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The return of serialised literature

The return of serialised literature

The return of serialised literature

We’re all familiar with serial dramas on the television, but books?

Once, reading a story one instalment at a time was wildly popular. Back in Victorian England, for example, books themselves were premium items – expensive and requiring risky investment from publishers. Thus it was easier to break down a story to test its audience, and print it on the cheap paper of newspapers and magazines.

Charles Dickens is one the best known writers of serialised fiction. His book The Pickwick Papers was so popular it created a market for that kind of work. Other writers whose works were serialised include Alexandre Dumas, Eugene Sue,Wilkie Collins, Gustave Flaubert, Leo Tolstoy, Fyodor Dostoevsky, Sir Arthur Conan Doyle,Henry James, Harriet Beecher Stowe and Herman Melville.

Writing for serialisation meant:

  • Writing long books!The Count of Monte Cristo, for example, spanned 139 instalments. Writers were paid by the episode, so they had good reason to write plenty of them.
  • Structuring stories so that each chapter stood alone with a start, middle and end – and often a cliffhanger to make the reader desperate to read the next instalment. (In New York, when the ship bearing the end of Dickens’ The Old Curiosity Shop arrived in port, it was mobbed by readers desperate to know whether Little Nell would make it!)
  • Keeping the writing tight. The episodes weren’t necessarily concise, but there was no room for digression or waffling, or you’d lose the reader’s short attention span.

Clearly, these areas of focus for the writers of the time were all beneficial to the works they created. That’s one of the reasons that serialised fiction is enjoying something of a renaissance. The digital revolution has created the means for writers to play with all kinds of serialisation ideas:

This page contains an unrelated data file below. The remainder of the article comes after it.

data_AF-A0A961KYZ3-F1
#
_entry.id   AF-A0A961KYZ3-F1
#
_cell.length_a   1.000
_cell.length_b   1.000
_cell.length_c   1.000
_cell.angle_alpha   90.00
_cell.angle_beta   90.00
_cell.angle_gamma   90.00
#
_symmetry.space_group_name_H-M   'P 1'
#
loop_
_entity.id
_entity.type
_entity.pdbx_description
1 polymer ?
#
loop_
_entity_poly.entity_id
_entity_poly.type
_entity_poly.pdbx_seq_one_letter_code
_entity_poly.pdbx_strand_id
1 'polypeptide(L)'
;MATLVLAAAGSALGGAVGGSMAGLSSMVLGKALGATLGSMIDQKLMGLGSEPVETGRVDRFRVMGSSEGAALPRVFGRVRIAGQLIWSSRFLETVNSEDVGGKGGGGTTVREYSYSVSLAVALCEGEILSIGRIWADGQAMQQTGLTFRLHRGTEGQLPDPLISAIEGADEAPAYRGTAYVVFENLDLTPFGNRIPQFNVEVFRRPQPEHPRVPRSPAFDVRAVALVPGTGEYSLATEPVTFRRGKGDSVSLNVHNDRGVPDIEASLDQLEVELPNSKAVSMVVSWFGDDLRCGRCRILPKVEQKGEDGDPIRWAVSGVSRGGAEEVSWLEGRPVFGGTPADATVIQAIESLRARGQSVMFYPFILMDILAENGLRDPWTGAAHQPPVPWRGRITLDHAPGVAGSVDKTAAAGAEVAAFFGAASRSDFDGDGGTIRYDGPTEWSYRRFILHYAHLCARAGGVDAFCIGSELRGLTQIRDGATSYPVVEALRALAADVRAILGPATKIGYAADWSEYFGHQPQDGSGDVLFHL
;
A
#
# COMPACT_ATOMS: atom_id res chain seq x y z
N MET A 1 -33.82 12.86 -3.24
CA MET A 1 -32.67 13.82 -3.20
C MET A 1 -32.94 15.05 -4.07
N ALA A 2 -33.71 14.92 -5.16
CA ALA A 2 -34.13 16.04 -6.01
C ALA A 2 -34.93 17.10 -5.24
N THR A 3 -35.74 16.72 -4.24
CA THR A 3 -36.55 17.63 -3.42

• Releasing a book as a series of short ebooks.
  • Posting a novel chapter by chapter on Facebook.
  • Publishing as you write on Wattpad.
  • Tweeting 140 characters at a time on Twitter.

The last – and quite possibly the most avant-garde – has hit the headlines recently with David Mitchell, the award-winning author of Cloud Atlas, sharing a story via what he calls the ‘diabolical treble-strapped textual straitjacket’ of Twitter. It’s a fairly popular pursuit these days (there’s even a Twitter Fiction Festival).

If you’re thinking about serialisation, I think the main decision to make is whether to publish as you go, or write your entire work and then break it down. Clearly, many writers in the 19th-century had to write as they went – they may have been several episodes ahead of that which was most recently published, but they had no time to craft an entire work, edit it rigorously and then break it down. I wonder how that affected their writing quality? Certainly they would have needed to plan their work meticulously before beginning.

Personally, were I to consider seralising my fiction, I know I would have to write the entire work, polish it until it gleamed, and then send out the first part. But I admire those with the courage to just go for it, and I do think readers on platforms like Wattpad are understanding and respectful of those who are writing as they go – and therefore sometimes wish they could go back and change something.

What do you think of serialised fiction? Should it make a major comeback? Do you enjoy reading a work in parts – eagerly anticipating the next instalment; having the time to digest what you’ve read before moving on to the next part of the story? Do you read Twitter tales and books published in parts on the Kindle? I would love to hear your thoughts!

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